Panda meat was also eaten in ancient China. This may be a reason why there are so little numbers of pandas found now.
Even though Chinese people do not eat panda meat now, some people still hunt them.
Qinling pandas have pretty, uniquely colored coats and are hunted for their fur. The regular giant panda is black and white, but Qinling pandas are brown.
This brown fur is in high demand in some of the black markets of China.
Qinling Pandas Struggle to Have Babies
Believe it or not, pandas generally have a tough time having babies. This is due to the fact that female pandas go into heat for a maximum of two days.
It is like a one-time chance for the male panda to mate with a female panda.
Qinling pandas are no different. The male panda spends days impressing the female, fighting with others.
In comparison, the female panda enjoys all the attention thrown at her. Even though pandas can have one to three cubs at a time, only the strongest one survives.
Female pandas also do not mate until the cub is two years of age. Another thing is that pandas are super picky about choosing one another as mates.
Sadly, the Qinling pandas are a result of inbreeding. Inbreeding means mating between two individuals who are close relatives.
One of the significant drawbacks of inbreeding is that it can lead to many diseases. The panda parents pass down their condition to the offspring, and so on.
Qinling pandas have poor health conditions because of inherited diseases and conditions. Inbreeding can cause severe genetic mutation, and this mutation increases the risk of extinction.
The mutated gene is prone to be more affected by environmental threats and other ailments like diseases.
How Many Qinling Pandas Are There?
According to a study done in 2001, there are about 100 Qinling pandas left. But a newer study shows that their numbers have increased.
Now there are approximately 200-300 pandas left in the world.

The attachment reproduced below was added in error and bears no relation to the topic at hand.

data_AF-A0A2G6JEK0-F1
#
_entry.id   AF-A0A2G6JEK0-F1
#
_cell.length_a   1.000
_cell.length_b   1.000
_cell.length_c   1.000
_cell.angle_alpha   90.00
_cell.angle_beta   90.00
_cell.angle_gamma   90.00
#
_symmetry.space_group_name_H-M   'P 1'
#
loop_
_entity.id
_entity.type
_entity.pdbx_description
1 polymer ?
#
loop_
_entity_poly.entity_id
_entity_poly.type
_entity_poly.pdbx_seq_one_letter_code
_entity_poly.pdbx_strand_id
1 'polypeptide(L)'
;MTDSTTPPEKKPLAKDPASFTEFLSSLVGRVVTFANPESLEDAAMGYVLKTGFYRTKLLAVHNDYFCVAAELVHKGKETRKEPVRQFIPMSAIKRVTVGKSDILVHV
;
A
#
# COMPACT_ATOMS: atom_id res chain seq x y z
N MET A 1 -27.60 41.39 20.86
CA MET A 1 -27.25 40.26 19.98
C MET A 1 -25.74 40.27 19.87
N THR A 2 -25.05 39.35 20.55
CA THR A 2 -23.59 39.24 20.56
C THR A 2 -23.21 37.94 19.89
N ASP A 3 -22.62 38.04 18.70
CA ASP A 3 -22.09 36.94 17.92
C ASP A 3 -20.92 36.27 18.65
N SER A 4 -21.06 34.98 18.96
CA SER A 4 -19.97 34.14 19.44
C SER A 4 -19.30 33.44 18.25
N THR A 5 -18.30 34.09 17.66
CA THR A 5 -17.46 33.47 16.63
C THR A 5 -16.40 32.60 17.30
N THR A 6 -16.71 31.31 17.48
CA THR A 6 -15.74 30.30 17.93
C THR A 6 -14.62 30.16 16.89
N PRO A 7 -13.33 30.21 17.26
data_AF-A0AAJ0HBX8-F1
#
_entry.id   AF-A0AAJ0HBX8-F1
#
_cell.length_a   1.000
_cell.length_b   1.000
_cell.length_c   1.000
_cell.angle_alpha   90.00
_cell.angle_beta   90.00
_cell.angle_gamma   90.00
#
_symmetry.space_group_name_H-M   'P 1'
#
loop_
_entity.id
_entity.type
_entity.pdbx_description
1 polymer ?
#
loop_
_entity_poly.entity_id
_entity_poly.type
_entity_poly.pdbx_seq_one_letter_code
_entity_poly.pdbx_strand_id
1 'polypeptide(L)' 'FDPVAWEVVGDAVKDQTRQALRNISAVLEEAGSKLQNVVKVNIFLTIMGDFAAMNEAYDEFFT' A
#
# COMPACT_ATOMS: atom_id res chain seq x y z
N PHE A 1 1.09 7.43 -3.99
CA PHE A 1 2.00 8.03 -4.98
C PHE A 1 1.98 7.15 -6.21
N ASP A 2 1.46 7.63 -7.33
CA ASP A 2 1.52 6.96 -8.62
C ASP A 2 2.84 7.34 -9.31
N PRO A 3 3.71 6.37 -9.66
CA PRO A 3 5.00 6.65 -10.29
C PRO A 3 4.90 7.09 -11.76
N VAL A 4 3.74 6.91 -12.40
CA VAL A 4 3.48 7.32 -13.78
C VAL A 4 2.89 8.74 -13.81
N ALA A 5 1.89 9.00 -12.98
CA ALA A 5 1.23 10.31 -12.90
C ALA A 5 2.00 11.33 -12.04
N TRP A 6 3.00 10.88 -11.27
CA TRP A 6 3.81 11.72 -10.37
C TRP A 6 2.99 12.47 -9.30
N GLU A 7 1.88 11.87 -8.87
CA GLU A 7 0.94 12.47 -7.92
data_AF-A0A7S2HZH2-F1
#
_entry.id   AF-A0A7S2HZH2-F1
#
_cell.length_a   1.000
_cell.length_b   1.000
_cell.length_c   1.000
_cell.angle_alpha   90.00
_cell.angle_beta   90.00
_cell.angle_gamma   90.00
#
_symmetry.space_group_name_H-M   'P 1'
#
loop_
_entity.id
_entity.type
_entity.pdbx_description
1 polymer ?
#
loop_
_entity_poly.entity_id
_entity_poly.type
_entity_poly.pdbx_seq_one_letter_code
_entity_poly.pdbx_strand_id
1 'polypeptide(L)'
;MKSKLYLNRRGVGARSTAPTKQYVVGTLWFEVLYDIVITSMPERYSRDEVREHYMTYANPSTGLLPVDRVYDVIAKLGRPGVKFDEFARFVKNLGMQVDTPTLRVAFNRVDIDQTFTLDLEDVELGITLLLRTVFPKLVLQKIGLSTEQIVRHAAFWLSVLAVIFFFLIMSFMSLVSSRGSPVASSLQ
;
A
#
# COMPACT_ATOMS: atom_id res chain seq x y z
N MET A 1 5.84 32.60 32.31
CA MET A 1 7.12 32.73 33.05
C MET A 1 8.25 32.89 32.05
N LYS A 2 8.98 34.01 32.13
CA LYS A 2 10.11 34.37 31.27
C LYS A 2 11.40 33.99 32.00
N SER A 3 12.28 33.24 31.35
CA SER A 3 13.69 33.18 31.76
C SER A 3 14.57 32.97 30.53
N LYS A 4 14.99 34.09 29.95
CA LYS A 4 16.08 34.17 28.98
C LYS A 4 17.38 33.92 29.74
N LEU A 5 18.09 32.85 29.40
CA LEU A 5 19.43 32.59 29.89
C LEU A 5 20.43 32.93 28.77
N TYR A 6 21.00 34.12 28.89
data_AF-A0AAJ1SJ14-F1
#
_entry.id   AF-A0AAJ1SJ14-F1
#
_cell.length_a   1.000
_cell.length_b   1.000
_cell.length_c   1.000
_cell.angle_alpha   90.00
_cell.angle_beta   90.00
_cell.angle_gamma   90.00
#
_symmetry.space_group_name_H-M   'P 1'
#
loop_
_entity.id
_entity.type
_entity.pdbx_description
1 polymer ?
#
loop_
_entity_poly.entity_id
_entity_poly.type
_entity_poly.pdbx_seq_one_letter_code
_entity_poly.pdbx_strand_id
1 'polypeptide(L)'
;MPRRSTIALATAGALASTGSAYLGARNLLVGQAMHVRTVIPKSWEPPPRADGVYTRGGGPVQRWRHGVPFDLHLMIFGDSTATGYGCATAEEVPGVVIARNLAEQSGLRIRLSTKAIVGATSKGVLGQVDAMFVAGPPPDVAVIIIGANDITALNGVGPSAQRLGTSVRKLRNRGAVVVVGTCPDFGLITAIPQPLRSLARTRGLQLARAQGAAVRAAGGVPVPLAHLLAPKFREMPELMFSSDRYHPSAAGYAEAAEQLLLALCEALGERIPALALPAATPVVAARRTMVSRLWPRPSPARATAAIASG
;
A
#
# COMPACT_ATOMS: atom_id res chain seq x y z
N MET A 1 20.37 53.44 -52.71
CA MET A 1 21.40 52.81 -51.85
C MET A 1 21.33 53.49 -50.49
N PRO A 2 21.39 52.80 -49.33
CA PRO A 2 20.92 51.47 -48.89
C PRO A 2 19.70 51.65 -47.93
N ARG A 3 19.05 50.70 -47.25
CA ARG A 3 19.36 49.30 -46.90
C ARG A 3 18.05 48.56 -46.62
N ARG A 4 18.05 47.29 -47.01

Thanks to the protective measures taken by the government of China, the number of these adorable and unique pandas is increasing.
Qinling Panda Conservation
The IUCN or the International Union for Conservation of Nature does not include Qinling pandas in their Red List or any of their vulnerable lists.
But it is believed to be on the same Red List as the giant pandas because it is a subspecies.
The Red List protects pandas with punishable laws if any harm is caused to them. The government of China is also trying to partially merge bamboo forests with bamboo corridors.
These corridors combine the most fragmented bamboo forest to ensure the pandas move safely.
More research centers are to be set up to know about the subspecies. The monitoring and research enable scientists to learn more about the Qinling pandas.
Cameras are set up in the forests to monitor the movement of the pandas as well as protect them from poachers.
China’s government will make more reserves and link up the bamboo pockets to help pandas. The reserves ensure that the pandas thrive in their habitat.
Both the giant panda and the Qinling panda are vulnerable species that will not survive if we do not help them. Thankfully, the number of Qinling pandas is increasing, and reserves are being made to guarantee their safety.
Qinling pandas are endangered for various reasons, some man-made and some natural.
The major reasons for their endangerment are the rapid growth of industrialization and urbanization. Both these reasons introduce toxic environments and pollutants to the panda habitats.
The inability to change habitat and being restricted to only one is another reason for them to be endangered. Deforestation and struggling to produce offspring also do not help the Qinling pandas to increase in number.
But the good news is that the Government of China is trying its best to protect these cute creatures.
The IUCN also protects the Qinling panda in addition to giant pandas. Moreover, people are now aware of the need to conserve these species.
Similarly, we need to know if other pandas are endangered or need protection. To know if red pandas are extinct, read Are Red Pandas Extinct? and find out the answer!